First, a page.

1. Manly strength or courage; bravery; daring; spirit; valor. [Obs.]
Built too strong
For force or virtue ever to expugn. --Chapman.
2. Active quality or power; capacity or power adequate to the production of a given effect; energy; strength; potency; efficacy; as, the virtue of a medicine.
Jesus, immediately knowing in himself that virtue had gone out of him, turned him about. --Mark v. 30.
A man was driven to depend for his security against misunderstanding, upon the pure virtue of his syntax. --De Quincey.
The virtue of his midnight agony. --Keble.
3. Energy or influence operating without contact of the material or sensible substance.
She moves the body which she doth possess,
Yet no part toucheth, but by virtue's touch. --Sir. J. Davies.
4. Excellence; value; merit; meritoriousness; worth.
I made virtue of necessity. --Chaucer.
In the Greek poets, . . . the economy of poems is better observed than in Terence, who thought the sole grace and virtue of their fable the sticking in of sentences. --B. Jonson.
5. Specifically, moral excellence; integrity of character; purity of soul; performance of duty.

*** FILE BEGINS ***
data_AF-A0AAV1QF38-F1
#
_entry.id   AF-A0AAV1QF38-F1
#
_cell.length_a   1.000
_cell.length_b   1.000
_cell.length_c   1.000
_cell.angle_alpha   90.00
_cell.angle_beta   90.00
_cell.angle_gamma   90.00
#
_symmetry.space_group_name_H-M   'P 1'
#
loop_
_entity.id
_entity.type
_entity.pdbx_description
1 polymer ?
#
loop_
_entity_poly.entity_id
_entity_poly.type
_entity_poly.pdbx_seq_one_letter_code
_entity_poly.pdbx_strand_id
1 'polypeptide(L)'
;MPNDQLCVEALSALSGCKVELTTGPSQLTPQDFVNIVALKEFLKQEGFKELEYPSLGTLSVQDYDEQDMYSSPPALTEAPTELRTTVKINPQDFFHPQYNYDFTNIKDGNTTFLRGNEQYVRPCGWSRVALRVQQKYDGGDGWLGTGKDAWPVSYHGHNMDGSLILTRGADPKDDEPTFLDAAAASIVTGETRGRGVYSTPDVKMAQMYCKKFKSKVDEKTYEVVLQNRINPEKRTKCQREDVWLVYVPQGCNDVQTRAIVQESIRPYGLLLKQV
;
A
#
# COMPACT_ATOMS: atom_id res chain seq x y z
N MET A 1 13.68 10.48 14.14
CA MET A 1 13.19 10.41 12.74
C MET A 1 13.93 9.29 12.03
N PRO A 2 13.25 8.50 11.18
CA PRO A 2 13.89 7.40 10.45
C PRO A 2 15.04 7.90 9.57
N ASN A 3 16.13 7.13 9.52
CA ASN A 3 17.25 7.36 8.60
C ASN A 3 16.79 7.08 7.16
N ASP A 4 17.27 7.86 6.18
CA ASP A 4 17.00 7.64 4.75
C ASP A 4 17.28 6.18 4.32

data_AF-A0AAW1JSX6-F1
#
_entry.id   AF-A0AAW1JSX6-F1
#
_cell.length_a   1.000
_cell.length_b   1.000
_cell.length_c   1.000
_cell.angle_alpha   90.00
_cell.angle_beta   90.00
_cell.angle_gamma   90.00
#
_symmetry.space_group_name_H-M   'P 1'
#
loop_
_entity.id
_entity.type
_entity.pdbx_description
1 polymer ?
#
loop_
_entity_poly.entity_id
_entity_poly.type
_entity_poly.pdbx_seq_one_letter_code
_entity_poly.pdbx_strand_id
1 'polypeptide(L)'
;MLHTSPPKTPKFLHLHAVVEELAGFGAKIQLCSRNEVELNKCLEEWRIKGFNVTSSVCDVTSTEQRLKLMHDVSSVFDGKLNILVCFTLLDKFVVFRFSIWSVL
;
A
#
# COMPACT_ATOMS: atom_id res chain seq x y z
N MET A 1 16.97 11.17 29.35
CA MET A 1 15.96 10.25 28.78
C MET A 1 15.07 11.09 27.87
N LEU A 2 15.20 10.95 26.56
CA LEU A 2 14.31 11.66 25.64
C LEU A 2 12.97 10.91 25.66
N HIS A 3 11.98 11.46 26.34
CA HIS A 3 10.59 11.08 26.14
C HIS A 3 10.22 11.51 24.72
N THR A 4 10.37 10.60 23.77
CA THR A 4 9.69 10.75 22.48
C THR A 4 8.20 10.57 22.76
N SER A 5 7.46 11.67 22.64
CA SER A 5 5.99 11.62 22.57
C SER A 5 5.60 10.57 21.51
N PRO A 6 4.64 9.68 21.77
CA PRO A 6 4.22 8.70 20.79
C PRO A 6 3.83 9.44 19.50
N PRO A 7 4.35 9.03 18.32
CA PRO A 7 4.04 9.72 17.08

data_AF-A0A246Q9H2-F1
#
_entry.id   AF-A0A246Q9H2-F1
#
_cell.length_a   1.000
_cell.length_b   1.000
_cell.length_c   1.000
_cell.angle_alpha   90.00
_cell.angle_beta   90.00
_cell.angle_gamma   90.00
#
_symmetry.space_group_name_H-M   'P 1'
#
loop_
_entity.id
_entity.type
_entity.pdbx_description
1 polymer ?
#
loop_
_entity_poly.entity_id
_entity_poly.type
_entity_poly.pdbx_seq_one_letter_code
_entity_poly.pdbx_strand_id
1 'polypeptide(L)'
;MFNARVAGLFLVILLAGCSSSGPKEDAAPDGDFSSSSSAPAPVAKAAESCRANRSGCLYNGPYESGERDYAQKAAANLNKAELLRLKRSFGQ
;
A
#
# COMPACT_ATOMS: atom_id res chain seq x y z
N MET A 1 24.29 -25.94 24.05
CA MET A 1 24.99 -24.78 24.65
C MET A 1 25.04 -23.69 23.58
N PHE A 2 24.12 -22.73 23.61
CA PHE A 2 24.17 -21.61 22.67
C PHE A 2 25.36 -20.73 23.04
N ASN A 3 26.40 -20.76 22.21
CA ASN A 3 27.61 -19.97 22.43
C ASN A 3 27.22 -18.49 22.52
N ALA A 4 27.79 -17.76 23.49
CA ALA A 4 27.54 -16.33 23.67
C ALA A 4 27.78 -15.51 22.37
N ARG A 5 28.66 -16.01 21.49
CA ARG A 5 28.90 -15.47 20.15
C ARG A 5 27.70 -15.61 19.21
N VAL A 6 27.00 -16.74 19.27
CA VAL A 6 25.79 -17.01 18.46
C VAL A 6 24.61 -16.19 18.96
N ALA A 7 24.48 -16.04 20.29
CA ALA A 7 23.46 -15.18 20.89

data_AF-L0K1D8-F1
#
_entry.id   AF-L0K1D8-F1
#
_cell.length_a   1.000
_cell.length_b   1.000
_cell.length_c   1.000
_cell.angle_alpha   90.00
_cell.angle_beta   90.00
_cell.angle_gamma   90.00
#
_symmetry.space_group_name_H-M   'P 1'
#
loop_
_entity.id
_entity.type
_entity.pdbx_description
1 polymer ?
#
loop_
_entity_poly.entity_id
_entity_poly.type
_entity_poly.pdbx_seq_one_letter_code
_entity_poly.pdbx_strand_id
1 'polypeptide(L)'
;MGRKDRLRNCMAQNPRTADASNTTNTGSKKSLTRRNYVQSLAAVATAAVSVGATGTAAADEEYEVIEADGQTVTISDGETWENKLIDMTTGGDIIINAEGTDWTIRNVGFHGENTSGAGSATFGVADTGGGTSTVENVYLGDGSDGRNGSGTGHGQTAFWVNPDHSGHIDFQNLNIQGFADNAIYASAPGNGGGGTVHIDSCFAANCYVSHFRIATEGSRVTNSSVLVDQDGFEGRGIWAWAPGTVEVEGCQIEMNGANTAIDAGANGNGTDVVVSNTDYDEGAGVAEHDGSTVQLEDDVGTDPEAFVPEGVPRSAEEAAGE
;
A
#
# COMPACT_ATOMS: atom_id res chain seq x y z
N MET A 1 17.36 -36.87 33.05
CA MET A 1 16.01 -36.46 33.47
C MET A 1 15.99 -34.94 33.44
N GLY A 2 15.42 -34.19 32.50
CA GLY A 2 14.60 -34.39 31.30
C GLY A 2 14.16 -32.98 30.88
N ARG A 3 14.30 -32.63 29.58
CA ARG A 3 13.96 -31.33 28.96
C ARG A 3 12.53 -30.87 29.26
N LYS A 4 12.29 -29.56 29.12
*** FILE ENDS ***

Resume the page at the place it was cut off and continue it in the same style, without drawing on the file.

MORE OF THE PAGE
Virtue only makes our bliss below. --Pope.
If there's Power above us,
And that there is all nature cries aloud
Through all her works, he must delight in virtue. --Addison.
6. A particular moral excellence; as, the virtue of temperance, of charity, etc. “The very virtue of compassion.” --Shak. “Remember all his virtues.” --Addison.
7. Specifically: Chastity; purity; especially, the chastity of women; virginity.
H. I believe the girl has virtue.
M. And if she has, I should be the last man in the world to attempt to corrupt it. --Goldsmith.
8. pl. One of the orders of the celestial hierarchy.
Thrones, dominations, princedoms, virtues, powers. --Milton.
Cardinal virtues. See under Cardinal, a.
In virtue of, or By virtue of, through the force of; by authority of. “He used to travel through Greece by virtue of this fable, which procured him reception in all the towns.” --Addison. “This they shall attain, partly in virtue of the promise made by God, and partly in virtue of piety.” --Atterbury.
Theological virtues, the three virtues, faith, hope, and charity. See --1 Cor. xiii. 13.
n 1: the quality of doing what is right and avoiding what is
wrong [syn: virtuousness, moral excellence]
2: any admirable quality or attribute; "work of great merit"
[syn: merit] [ant: demerit]
3: morality with respect to sexual relations [syn: chastity,
4: a particular moral excellence